This is a terrible onus to place on a shattered society under curfew and occupation. Most Palestinians argue that only the Israelis have the power to make the first move. But both sides may have to shuffle together before either can make a grand leap.

Certainly, many Palestinians have decided it is time for a new strategy. Arafat’s Fatah faction has dictated ceasefires that seem to be holding for heartland Israel. But there are also signs of radicalisation and splintering, with militant factions becoming autonomous and Hamas gathering strength in Gaza. Moves for reform and new leadership are frozen after the latest Muqa’ata siege drew thousands to the street to demonstrate for Arafat – and neutered a ‘palace revolution’ set in train by legislators in September. In their leaning toward ‘glacial politics’, Sharon and Arafat are kindred spirits.

Thus, there are three contests under way, and their outcomes will decide the February election: the contests between Sharon and Netanyahu for the leadership of Likud, between Ben-Eliezer and his rivals for Labor, and amongst Palestinians over the role of Arafat.

As Palestinian analyst and former negotiator, Salim Tamari, said to me earlier this year, ‘Both the Israeli street and the Palestinian public are very mercurial. Once you have a return to…some kind of normality, then it’s quite likely that extreme positions will shift and realign themselves. It happened before, with the fall of Shamir.’ Then, in 1991, Rabin was running 20 points behind in the polls, the year before his surprise victory began the road to Oslo. Israelis were tired of intifada; they wanted something different.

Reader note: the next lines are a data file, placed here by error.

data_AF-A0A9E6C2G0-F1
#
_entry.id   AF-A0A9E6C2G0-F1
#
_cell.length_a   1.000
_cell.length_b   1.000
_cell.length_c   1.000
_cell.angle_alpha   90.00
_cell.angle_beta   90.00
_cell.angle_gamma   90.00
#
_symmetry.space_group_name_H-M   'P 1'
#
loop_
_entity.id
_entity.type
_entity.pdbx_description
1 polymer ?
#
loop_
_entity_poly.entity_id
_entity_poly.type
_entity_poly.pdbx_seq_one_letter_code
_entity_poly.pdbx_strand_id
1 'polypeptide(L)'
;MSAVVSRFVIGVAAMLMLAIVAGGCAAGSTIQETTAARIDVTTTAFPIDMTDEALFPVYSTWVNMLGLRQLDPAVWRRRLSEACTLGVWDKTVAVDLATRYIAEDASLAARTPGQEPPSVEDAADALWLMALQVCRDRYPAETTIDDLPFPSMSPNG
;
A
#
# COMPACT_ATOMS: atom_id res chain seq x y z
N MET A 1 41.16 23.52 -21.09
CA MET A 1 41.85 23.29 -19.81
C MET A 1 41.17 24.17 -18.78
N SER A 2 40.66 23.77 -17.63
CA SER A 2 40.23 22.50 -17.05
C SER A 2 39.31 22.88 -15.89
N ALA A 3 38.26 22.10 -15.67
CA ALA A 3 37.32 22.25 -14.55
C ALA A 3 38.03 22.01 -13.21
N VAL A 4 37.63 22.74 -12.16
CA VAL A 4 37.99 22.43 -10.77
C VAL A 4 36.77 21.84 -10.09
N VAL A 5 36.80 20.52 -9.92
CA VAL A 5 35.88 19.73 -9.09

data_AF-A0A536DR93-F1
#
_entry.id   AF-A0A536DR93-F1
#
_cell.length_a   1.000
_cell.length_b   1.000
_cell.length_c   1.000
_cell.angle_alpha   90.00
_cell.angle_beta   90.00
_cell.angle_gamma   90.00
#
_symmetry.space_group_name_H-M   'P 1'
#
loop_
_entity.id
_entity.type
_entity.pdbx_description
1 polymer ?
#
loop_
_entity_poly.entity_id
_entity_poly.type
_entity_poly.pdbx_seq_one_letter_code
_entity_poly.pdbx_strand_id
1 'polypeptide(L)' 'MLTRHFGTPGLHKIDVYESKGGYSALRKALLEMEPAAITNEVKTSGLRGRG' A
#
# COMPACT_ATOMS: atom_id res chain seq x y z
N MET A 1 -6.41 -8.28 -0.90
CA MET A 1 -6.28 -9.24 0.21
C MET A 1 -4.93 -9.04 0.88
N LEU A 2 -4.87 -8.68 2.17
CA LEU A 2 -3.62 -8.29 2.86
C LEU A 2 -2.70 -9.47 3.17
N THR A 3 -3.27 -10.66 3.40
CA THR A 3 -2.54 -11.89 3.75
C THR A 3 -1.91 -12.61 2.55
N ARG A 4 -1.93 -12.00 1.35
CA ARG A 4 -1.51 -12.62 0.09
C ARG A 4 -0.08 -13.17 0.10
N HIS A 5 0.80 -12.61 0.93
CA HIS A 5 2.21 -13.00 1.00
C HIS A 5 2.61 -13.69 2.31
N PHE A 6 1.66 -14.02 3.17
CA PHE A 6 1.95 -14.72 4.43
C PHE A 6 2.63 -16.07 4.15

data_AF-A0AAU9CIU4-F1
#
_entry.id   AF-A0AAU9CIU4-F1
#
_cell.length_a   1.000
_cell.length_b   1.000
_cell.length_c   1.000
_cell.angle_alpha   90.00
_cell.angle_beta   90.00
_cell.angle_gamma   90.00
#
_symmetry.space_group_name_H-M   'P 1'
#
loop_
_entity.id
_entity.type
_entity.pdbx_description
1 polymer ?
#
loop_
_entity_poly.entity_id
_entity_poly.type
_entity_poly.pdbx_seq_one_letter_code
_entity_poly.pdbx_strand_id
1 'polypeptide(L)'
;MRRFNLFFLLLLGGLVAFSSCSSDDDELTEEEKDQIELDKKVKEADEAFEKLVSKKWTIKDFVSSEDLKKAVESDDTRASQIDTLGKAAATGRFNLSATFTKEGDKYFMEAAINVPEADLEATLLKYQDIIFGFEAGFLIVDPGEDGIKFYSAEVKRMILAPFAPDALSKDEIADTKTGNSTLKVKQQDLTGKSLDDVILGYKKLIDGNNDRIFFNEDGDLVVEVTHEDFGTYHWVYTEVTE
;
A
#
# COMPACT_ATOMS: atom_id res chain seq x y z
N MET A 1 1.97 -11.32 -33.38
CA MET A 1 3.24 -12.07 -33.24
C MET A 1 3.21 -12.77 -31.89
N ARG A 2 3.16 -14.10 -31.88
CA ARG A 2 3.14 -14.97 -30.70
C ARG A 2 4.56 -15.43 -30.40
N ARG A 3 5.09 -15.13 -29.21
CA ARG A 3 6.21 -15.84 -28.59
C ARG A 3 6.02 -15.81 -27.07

Now, they are disgusted with Arafat. But they are also realising that they can’t follow the Sharon route forever. In the coming political turbulence, the endgame will re-emerge. But which?

Will Netanyahu unseat Sharon in next month’s primaries? He is stronger on economic issues. If he wins, Likud will also forgo much of the centre constituency Sharon has won for it. The question then is whether the left can revive.

Can the left awake?

Ben-Eliezer is now a broken, blustering man. Though he is a consummate machine politician, his rivals look certain to defeat him. If they do not, Labor will split in two.

The first of the contenders, Haim Ramon, was endorsed a decade ago by US writer, Thomas Friedman, as the coming man. He removed party control over the Histadrut union, and has a reputation for being untrustworthy; but he was one of the first to advocate unilateral withdrawal, and has been a committed critic of Sharon. His platform appears to be withdrawal followed by immediate, intensive peace talks.